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Let $M$ be a manifold – by which I mean a second countable Hausdorff smooth manifold.

Here's an "obviously" correct definition of (embedded) submanifold:

Definition A. A subspace $S$ of $M$ is a submanifold if there is an atlas $\{ \phi_\alpha : U_\alpha \to U'_\alpha \}$ for $S$ such that each $\phi^{-1}_\alpha : U'_\alpha \to U_\alpha$ is a smooth immersion (or, equivalently, embedding) considered as a map to $M$.

But what if we relax these conditions slightly?

Definition B. A subspace $S$ of $M$ is a submanifold if there is some smooth structure on $S$ making the inclusion $S \hookrightarrow M$ into a smooth immersion.

This definition makes it clear that the image of any smooth embedding is automatically a submanifold, but it is not clear how the smooth structure of $S$ is induced from $M$, nor whether such a smooth structure is unique. A little thought shows that definitions A and B are equivalent.

Definition C. A subspace $S$ of $M$ is a submanifold if it has the following property: for all points $p$ in $S$, there exist an open neighbourhood $U$ of $p$ in $M$ and a chart $\phi : U \to U'$ such that $S \cap U$ is the inverse image of a linear subspace of $U'$.

This definition leaves no room for doubt about the existence and uniqueness of a smooth structure of $S$ and gives a clear, concrete picture of how it is induced from the smooth structure of $M$. But on the other hand, one worries that this definition is too restrictive: it seems to imply that every submanifold can be locally thickened without self-intersection, which sounds like a non-trivial condition to me.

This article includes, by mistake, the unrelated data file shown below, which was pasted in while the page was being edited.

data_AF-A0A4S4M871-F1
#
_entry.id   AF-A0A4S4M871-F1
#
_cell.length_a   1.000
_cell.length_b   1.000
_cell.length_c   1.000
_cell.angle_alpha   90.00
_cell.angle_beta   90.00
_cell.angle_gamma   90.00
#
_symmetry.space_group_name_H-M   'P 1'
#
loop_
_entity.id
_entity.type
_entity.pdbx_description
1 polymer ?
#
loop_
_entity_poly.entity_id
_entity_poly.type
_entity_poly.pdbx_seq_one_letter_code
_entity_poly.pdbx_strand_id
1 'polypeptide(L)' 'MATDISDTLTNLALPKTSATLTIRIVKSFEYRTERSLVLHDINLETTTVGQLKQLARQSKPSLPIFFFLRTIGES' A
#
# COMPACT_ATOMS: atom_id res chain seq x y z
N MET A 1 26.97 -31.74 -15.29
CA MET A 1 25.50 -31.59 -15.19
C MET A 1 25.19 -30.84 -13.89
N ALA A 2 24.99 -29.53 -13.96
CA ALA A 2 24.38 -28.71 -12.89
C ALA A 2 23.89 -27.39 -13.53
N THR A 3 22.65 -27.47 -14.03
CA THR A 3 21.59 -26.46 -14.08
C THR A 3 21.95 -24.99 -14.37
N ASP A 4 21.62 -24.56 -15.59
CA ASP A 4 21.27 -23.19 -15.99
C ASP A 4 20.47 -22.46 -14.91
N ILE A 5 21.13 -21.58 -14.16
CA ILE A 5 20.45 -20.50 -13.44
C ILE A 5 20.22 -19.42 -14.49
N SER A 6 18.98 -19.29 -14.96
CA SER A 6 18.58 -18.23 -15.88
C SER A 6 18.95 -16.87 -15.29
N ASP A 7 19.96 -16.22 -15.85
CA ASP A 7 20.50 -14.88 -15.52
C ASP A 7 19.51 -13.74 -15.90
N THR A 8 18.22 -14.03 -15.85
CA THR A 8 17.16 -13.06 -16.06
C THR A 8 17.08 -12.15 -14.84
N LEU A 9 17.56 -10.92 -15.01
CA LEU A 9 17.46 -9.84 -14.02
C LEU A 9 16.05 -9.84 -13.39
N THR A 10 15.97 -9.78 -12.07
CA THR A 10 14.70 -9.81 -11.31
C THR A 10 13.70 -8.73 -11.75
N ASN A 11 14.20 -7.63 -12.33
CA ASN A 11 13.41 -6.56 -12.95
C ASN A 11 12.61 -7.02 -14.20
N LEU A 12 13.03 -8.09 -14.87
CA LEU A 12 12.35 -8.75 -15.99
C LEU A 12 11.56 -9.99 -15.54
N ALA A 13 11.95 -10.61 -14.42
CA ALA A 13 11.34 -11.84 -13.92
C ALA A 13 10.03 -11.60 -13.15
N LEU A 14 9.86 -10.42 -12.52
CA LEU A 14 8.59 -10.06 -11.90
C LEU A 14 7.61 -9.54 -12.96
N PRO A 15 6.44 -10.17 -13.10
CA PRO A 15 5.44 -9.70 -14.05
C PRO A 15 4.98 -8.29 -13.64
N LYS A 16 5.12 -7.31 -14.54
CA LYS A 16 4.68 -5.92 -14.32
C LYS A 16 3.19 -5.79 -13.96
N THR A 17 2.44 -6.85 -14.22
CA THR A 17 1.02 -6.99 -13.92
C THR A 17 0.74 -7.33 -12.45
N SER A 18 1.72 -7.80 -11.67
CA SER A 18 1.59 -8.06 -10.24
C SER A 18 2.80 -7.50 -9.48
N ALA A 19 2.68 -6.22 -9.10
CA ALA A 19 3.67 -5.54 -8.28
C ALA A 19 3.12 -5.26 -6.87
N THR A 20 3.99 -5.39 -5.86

Question. Are definitions A, B, and C equivalent? If they are, a proof-sketch or reference would be much appreciated.

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What is $U^\prime$? – Daniel Moskovich May 7 '12 at 1:05
@DanielMoskovich, it has got to be an open set in $\mathbb R^n$ for the appropriate $n.$ So the "linear subspace" has got to be the intersection of that with a lower dimensional plane in $\mathbb R^n.$ – Will Jagy May 7 '12 at 1:29
up vote 3 down vote accepted

For compact manifolds with boundary and $S$ a neat submanifold, or for $S$ closed, this is Theorem II.2.3 in Kosinski's Differential Manifolds. It is indeed a nontrivial fact, and it indeed implies that a neat submanifold has a collar. If $S$ is allowed to have corners, it needs also to be "regular" for the definitions to coincide- the reference is Proposition A.3 in Farber's Topology of Closed One-Forms.

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I'm confused. From what I've been able to glean from the Google Books previews, a neat submanifold is my definition C, and the theorem in [Kosinski] talks about submersions instead of immersions... For the purposes of this question, I am thinking only of manifolds without boundary. Are all three definitions equivalent then? – Zhen Lin May 7 '12 at 21:31
If you don't care about boundaries, ignore (b). Kosinski's definition of submanifold is "the image of an imbedding" (immersion + topological imbedding. essentially your definition B). Theorem II.2.3 then says that this is equivalent to your definition C. Its proof explains how (page 29 paragraph 3 to the end). This is true mutatis mutandis even if S has a boundary, as long as a transversality condition is satisfied. – Daniel Moskovich May 8 '12 at 1:19

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